Shilpa Sharma and Ravi S. Akundi* Pages 550 - 562 ( 13 )
Background: Depression is a widespread phenomenon with varying degrees of pathology in different patients. Various hypotheses have been proposed for the cause and continuance of depression. Some of these include, but not limited to, the monoamine hypothesis, the neuroendocrine hypothesis, and the more recent epigenetic and inflammatory hypotheses.
Objective: In this article, we review all the above hypotheses with a focus on the role of mitochondria as the connecting link. Oxidative stress, respiratory activity, mitochondrial dynamics and metabolism are some of the mitochondria-dependent factors which are affected during depression. We also propose exogenous ATP as a contributing factor to depression.
Result: Literature review shows that pro-inflammatory markers are elevated in depressive individuals. The cause for elevated levels of cytokines in depression is not completely understood. We propose exogenous ATP activates purinergic receptors which in turn increase the levels of various proinflammatory factors in the pathophysiology of depression.
Conclusion: Mitochondria are integral to the function of neurons and undergo dysfunction in major depressive disorder patients. This dysfunction is reflected in all the various hypotheses that have been proposed for depression. Among the newer targets identified, which also involve mitochondria, includes the role of exogenous ATP. The diversity of purinergic receptors, and their differential expression among various individuals in the population, due to genetic and environmental (prenatal) influences, may influence the susceptibility and severity of depression. Identifying specific receptors involved and using patient-specific purinergic receptor antagonist may be an appropriate therapeutic course in the future.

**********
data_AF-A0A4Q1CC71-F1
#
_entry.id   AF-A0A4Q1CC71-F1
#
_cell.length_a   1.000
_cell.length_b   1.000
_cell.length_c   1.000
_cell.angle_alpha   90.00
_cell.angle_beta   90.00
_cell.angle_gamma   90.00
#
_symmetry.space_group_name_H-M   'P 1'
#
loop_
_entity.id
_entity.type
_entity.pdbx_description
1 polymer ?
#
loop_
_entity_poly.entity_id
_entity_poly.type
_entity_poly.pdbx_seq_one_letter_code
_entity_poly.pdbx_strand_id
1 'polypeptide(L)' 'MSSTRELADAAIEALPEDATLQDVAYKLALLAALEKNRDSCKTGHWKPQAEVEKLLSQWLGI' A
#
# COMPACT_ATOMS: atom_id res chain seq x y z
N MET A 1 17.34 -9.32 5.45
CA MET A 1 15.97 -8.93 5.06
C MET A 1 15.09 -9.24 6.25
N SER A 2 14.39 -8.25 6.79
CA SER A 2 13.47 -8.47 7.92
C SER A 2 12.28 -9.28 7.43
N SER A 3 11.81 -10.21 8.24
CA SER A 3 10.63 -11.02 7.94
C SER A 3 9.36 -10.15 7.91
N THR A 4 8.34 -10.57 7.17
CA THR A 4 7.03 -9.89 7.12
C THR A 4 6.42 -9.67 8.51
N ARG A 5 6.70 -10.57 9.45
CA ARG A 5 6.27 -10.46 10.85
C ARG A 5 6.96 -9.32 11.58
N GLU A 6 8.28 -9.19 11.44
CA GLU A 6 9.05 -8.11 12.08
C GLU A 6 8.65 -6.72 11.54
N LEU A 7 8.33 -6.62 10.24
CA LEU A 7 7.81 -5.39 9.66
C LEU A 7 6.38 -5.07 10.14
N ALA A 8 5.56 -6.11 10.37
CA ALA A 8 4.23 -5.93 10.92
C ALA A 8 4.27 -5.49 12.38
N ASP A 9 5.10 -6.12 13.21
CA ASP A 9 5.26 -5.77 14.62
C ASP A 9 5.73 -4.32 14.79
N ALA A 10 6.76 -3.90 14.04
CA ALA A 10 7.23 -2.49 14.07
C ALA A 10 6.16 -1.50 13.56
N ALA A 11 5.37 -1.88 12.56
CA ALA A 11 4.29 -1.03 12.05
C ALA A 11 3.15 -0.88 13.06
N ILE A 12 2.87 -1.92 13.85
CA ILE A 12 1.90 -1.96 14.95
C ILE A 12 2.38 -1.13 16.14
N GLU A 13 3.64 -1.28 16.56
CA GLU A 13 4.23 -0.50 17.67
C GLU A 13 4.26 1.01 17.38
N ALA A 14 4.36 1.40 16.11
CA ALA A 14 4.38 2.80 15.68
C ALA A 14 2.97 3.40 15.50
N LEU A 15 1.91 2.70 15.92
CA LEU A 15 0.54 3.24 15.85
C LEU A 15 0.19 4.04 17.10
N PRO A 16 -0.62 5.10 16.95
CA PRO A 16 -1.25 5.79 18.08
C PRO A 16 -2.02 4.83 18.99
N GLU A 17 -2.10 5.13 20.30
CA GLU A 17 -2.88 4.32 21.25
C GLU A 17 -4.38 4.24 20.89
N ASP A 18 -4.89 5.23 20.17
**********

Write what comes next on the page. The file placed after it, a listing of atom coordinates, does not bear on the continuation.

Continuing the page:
Major depressive disorder, mitochondria, ATP, purinergic receptors, neuroinflammation, PBAIDs.
Neuroinflammation Research Lab, Faculty of Life Sciences and Biotechnology, South Asian University, New Delhi, Neuroinflammation Research Lab, Faculty of Life Sciences and Biotechnology, South Asian University, New Delhi